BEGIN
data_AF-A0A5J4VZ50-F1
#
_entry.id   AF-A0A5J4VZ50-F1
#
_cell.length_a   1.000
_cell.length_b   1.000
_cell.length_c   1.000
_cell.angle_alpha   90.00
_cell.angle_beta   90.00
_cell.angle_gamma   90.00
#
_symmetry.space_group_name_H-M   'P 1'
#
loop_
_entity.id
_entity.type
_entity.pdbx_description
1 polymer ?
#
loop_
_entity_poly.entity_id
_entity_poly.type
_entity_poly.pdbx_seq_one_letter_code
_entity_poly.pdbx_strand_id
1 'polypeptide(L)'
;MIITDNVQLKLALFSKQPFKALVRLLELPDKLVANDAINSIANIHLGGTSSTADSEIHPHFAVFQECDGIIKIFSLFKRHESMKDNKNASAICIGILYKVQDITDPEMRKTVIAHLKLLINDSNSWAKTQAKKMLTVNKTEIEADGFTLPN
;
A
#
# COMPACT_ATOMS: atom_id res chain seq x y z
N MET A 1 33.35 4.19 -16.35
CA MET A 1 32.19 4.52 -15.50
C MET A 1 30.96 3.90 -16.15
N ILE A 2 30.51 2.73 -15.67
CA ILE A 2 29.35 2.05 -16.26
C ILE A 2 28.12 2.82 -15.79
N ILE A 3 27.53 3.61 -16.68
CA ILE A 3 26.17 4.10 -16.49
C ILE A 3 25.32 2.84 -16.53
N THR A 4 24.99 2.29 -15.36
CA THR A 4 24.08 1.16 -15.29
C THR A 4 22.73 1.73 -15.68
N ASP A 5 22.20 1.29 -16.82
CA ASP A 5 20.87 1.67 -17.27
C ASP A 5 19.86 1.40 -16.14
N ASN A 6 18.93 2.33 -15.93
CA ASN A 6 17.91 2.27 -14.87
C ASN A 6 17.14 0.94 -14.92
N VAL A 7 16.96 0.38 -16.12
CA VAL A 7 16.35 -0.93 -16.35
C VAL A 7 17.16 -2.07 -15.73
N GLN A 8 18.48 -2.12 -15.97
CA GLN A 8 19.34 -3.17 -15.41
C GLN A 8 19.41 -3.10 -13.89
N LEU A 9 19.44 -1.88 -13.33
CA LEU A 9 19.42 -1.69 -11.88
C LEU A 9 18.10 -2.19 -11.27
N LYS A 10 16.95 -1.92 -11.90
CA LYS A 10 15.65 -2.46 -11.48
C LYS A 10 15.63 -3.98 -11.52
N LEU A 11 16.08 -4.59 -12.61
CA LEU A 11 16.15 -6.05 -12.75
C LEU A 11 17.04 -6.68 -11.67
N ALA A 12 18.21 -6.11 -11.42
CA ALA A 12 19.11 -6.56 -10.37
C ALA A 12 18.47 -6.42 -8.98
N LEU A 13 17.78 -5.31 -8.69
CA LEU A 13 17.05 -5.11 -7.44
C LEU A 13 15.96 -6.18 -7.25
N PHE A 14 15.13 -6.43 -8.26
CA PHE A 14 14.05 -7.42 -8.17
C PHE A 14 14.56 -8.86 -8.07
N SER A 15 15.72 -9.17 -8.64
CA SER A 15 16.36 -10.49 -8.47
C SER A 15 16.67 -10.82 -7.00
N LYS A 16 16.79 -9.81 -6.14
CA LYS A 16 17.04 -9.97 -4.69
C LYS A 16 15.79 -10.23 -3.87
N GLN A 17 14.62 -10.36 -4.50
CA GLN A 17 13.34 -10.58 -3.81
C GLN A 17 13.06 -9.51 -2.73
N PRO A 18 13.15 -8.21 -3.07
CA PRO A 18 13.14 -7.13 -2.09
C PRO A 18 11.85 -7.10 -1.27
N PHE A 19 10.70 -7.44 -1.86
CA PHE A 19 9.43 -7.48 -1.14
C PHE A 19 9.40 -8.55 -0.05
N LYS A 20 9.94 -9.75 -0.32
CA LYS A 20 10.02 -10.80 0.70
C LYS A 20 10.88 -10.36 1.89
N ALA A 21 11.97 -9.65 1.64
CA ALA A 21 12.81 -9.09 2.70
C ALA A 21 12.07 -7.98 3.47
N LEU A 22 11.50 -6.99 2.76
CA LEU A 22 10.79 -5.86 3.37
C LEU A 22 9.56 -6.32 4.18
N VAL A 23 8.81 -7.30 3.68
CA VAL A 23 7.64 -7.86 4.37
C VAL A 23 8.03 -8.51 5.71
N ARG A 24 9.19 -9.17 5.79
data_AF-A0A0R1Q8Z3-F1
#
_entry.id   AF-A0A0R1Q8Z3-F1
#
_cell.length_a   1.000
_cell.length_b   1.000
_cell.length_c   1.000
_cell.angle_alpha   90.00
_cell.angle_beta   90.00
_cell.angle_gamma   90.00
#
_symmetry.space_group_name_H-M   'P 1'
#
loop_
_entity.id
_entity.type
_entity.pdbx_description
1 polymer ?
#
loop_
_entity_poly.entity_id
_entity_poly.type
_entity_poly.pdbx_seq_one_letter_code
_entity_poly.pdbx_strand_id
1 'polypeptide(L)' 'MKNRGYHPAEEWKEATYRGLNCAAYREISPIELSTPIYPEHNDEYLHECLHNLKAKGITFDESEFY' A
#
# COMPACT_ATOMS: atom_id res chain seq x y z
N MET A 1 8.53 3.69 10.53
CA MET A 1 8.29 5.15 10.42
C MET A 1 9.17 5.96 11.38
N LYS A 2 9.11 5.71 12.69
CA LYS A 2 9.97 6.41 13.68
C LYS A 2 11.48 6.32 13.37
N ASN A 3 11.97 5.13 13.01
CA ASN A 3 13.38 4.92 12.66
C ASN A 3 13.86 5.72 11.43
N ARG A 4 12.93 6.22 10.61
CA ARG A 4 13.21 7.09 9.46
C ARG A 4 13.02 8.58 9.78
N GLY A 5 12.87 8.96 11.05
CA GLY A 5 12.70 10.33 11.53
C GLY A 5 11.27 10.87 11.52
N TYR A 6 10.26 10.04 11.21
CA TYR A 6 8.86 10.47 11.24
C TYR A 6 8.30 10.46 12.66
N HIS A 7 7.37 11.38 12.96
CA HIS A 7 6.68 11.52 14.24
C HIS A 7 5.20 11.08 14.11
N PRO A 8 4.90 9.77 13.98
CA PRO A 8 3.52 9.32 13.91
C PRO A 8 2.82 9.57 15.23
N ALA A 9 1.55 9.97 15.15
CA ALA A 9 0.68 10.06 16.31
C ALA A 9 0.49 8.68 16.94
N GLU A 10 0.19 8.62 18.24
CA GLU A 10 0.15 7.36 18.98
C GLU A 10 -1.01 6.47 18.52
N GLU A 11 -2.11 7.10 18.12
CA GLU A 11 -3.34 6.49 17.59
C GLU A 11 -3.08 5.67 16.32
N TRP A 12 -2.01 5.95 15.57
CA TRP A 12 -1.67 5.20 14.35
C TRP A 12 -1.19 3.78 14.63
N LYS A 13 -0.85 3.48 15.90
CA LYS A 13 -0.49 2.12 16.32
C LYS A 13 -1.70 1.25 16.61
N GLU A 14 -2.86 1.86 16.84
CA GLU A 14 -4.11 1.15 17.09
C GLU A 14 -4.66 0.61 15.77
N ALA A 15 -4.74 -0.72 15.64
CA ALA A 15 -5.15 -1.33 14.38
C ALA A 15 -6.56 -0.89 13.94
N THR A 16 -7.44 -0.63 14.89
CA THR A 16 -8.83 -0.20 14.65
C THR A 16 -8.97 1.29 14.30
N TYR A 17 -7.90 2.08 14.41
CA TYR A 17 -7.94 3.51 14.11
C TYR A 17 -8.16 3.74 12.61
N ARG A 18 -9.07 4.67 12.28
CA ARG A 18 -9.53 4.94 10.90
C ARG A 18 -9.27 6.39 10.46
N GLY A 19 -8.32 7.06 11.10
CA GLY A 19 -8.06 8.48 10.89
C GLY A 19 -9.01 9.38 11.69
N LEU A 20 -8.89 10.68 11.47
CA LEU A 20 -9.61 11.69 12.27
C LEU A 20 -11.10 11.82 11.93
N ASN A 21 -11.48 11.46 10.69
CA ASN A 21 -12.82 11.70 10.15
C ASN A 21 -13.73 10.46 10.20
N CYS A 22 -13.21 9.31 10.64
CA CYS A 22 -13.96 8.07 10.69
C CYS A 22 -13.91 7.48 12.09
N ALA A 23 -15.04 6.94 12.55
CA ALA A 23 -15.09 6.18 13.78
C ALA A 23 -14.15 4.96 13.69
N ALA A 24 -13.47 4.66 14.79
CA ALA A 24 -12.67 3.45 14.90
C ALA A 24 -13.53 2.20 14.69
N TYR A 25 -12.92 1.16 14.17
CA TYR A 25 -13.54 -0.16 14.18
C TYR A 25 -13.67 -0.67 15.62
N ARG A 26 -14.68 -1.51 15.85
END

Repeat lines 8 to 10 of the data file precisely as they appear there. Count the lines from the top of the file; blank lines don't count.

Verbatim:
_cell.angle_alpha   90.00
_cell.angle_beta   90.00
_cell.angle_gamma   90.00